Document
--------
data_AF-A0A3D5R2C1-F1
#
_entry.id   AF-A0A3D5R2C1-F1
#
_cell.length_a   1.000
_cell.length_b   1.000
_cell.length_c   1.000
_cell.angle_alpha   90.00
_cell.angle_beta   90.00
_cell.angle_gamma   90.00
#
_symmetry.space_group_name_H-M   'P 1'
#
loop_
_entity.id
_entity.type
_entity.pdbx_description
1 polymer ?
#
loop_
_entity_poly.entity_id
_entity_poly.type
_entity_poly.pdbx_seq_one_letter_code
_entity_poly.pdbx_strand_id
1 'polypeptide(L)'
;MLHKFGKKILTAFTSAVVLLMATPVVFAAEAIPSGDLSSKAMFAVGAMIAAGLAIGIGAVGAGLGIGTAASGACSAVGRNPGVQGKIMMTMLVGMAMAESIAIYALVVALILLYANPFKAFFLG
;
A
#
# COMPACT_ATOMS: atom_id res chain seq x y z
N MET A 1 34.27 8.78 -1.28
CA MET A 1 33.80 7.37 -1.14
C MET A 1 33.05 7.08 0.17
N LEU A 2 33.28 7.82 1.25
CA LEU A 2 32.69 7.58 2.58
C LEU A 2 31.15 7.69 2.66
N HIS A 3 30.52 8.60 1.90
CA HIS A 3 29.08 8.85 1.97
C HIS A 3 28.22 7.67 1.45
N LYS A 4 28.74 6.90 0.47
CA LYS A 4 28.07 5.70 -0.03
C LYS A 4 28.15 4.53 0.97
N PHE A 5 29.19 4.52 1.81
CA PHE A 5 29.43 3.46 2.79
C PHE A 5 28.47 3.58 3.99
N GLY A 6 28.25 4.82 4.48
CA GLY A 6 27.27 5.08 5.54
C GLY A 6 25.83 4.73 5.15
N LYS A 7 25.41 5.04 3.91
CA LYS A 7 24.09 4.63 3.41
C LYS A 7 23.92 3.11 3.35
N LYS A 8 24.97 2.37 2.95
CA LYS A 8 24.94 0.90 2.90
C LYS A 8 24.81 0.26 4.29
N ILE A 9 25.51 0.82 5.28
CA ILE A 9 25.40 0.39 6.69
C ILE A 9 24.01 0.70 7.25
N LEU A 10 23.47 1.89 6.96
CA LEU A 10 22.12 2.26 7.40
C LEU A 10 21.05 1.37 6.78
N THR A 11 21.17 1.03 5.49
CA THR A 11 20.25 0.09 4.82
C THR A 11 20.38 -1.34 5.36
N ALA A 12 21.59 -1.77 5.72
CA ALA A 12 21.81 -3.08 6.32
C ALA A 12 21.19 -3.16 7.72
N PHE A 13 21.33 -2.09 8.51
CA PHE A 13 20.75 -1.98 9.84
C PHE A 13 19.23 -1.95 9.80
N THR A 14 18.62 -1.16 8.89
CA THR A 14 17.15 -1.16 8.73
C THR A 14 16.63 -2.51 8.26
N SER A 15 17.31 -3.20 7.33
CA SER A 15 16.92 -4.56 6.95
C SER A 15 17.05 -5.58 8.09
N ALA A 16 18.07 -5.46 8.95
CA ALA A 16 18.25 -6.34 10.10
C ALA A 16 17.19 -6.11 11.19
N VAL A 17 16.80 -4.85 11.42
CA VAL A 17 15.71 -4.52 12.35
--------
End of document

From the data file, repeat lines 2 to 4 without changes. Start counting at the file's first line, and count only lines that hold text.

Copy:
#
_entry.id   AF-A0A3D5R2C1-F1
#